Minister's Musings


Faith is our November theme. I stopped thinking of faith as blind belief in rigid doctrine a long time ago. Some of my Humanist and/or atheist friends object to the concept, holding up reason as the ultimate value.

Reason, intellect, curiosity, questioning; these are all amazing qualities of our mind, and Unitarian Universalists hold them high among our values. Faith is another quality, and sometimes I think of it as mind, and sometimes as “heart,” or “soul”. It might be likened to confidence; I have faith or confidence that the Earth will keep on turning so that the sun will rise tomorrow. I am confident in my belief that all humans are capable of both good and evil, and have faith that given support, almost all of us can choose a measure of good most of the time.

I am faithful to my principles of kindness and openness, to the best of my ability. I have faith in the planet’s ability to adjust and heal and evolve, though perhaps not on a human timeline... I do have great faith in our own ability to wake up, become “woke,” and do the work of justice and faith together, learning along the way.

As a congregation of the Unitarian Universalist faith, we are called to examine our ideas and practices and develop our faith. Sunday mornings, Thursday evenings, working with the children and youth, participating in other workshops and activities, give us an opportunity to put our heads and hearts together to see what that looks like, pooling our wisdom and insight, each of us pulling out what resonates or illuminates. Chewing on it. Our third principle in the covenant of congregations is “Acceptance of one another and encouragement to spiritual growth in our congregations;” we are called to assist one another in the journey.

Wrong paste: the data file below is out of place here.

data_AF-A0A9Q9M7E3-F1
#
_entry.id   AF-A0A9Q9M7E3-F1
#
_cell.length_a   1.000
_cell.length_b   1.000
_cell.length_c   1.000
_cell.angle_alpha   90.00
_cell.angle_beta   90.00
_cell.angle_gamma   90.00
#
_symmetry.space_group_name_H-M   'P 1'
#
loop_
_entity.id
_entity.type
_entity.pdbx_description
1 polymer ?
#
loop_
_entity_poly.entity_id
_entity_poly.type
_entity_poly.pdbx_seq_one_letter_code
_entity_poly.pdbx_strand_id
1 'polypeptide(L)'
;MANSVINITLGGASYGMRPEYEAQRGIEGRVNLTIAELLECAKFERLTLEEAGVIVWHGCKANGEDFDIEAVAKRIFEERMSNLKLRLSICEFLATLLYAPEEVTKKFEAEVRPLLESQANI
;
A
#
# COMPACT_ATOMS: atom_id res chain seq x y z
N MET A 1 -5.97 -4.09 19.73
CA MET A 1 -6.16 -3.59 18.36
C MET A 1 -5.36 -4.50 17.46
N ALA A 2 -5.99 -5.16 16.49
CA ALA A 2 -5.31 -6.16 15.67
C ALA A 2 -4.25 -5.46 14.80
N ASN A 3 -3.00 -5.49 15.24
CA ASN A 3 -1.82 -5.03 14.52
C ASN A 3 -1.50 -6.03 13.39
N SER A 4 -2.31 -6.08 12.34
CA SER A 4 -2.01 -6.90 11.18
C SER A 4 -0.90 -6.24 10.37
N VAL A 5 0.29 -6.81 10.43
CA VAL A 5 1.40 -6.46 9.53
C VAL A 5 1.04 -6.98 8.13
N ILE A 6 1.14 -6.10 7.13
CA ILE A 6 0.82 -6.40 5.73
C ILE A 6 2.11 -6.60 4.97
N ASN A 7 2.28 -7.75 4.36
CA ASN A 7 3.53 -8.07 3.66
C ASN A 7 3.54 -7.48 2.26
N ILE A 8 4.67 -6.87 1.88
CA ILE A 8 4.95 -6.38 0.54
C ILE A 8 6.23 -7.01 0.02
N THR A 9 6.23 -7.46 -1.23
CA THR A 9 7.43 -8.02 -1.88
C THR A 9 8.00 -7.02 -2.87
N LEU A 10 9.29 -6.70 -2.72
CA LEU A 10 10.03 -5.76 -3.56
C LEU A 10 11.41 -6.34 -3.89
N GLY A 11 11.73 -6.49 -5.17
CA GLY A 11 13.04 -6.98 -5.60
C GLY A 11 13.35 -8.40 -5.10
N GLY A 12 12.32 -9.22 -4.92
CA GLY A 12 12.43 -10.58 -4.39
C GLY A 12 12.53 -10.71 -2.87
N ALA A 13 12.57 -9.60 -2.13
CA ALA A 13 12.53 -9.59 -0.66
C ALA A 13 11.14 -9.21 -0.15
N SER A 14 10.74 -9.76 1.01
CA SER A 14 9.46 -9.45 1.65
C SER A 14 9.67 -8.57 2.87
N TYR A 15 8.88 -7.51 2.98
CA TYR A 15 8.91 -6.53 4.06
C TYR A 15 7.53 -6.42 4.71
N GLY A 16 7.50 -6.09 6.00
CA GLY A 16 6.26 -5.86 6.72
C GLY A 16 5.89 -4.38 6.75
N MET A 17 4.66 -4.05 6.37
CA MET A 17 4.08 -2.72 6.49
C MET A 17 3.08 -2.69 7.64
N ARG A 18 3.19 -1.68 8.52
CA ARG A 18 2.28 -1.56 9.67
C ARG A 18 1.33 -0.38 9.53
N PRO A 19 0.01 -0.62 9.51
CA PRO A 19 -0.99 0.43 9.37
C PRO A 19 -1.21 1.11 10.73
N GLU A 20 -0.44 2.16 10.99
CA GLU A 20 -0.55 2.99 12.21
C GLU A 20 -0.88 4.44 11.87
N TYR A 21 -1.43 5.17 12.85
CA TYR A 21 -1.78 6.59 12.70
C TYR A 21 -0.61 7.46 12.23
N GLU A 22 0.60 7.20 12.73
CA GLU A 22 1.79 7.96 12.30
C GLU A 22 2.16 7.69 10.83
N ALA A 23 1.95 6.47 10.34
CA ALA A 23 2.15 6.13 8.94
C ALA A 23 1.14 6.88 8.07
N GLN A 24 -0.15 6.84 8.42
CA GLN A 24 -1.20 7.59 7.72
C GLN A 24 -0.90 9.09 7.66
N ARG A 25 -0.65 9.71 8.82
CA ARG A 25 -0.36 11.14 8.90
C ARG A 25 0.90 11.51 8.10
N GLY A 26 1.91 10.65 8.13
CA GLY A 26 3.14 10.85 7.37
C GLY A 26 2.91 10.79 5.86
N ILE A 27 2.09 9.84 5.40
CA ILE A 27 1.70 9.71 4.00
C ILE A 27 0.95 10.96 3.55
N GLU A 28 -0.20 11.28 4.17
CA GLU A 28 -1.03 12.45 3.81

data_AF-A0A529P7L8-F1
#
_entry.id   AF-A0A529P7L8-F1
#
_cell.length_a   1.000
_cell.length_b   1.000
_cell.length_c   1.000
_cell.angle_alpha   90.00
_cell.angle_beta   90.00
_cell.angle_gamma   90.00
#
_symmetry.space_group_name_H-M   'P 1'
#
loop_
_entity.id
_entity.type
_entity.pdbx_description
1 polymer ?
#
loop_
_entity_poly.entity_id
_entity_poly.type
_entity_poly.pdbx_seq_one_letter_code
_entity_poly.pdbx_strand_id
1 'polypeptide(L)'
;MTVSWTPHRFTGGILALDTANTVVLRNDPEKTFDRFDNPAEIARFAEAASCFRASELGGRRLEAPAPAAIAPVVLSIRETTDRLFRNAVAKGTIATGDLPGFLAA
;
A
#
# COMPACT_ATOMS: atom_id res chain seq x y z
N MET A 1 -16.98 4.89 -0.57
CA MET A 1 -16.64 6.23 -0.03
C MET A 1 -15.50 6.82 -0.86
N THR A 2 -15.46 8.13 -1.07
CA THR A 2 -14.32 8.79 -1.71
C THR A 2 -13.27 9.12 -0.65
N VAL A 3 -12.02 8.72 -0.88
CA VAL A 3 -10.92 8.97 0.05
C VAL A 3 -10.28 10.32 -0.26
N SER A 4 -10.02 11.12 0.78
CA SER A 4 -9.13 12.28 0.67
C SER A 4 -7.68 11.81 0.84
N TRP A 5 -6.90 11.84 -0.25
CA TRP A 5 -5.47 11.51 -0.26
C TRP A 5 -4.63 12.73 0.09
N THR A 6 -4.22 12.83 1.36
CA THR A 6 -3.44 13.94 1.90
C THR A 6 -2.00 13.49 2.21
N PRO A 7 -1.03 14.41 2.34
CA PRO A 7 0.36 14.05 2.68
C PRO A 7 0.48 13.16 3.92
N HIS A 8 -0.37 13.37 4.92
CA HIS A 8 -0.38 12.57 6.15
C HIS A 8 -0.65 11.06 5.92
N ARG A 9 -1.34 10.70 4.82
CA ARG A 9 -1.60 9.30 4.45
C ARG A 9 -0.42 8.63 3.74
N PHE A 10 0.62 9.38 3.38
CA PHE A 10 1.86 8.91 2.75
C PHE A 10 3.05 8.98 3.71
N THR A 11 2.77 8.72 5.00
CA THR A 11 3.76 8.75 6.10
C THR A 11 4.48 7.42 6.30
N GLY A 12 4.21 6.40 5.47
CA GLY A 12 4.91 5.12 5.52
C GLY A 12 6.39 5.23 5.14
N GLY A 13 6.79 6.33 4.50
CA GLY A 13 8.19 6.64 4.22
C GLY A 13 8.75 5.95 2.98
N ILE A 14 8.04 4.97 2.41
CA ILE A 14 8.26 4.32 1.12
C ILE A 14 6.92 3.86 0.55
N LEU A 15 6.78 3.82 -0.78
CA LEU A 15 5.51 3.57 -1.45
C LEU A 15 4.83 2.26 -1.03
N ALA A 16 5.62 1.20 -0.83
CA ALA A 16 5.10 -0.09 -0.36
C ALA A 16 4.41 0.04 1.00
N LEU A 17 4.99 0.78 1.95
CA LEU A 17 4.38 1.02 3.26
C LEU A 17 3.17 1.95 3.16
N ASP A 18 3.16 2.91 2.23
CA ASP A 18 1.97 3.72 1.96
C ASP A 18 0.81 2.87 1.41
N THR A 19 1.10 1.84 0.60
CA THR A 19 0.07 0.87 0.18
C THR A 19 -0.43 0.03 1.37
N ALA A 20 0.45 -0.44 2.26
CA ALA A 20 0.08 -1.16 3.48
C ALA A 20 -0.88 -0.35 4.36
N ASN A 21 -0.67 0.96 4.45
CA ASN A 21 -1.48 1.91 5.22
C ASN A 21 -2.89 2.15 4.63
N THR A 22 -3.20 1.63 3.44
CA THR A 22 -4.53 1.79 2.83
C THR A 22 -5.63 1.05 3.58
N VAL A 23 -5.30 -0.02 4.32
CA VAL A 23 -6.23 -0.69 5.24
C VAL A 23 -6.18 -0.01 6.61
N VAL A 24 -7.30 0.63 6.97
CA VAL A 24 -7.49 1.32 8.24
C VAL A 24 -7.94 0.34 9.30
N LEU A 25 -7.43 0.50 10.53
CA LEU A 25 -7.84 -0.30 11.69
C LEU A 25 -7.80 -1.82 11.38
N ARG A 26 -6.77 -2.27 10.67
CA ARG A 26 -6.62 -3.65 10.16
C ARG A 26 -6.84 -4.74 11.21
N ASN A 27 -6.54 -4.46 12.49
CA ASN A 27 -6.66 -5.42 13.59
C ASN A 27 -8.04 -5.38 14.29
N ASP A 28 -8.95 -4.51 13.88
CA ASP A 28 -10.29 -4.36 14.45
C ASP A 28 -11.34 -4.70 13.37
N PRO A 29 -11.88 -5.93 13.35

Minister's Musings

Hospitality is our Touchstones theme this month; what a rich theological conversation we will have! We are challenged these days to resist the exhortations to fear and to build walls, and instead to welcome all, especially the stranger. How do we navigate that path between healthy boundaries and generous hospitality? Often the poorest folks are the most generous with sharing, because they know what it is like to have little and to need help.

I keep thinking, “You must be present to win.” Presence; attention; this is an essential element of hospitality. When we show up to congregational events, our presence offers us the opportunity to connect with others, to benefit from their presence, their wisdom, their inspirations. And we have the opportunity to share our own with others.

I have a deep desire to nurture more connections between the generations, between the various cultures among us, between differing perspectives. How else can we all develop our spirituality, our understanding, our skillfulness? If we avoid “children’s” events, we miss a treasure trove of delights, insights, and relationships. And the children and parents miss the chance to connect with us, too. The more, the merrier, right? We build beloved community and capacity when we show up at worship, discussions, Thank- Goodness-It’s-Thursday dinner and more, Saturday grounds work days.

I look forward to exploring many aspects of hospitality this month. I have lived the tension between healthy boundaries and welcoming strangers in need into my home, here in the past year and in years past. Hosting our friend from Nigeria was wonderful, challenging, enlightening, aggravating, rich, and costly. How do we best navigate, as we begin to explore aspects of sanctuary?

How hospitable are we ready to be, what level of hospitality can we sustain in our hearts and minds, space and pocketbooks? And always there is the underpinning of racism in our culture; how can we take this on within ourselves and our congregation and our town, a little more powerfully now? And how can we be more hospitable to our feelings of loss and grief, to our relationship with death? And, what to make of the 3 Billy Goats? 


Minister's Musings


Granite Peak UU has joined with many other UU congregations in following themed ministry throug Touchstones, a service of the Western Region of the UUA. In Arizona, Beacon UU in Flagstaff and Valley UU in Chandler are also using Touchstones.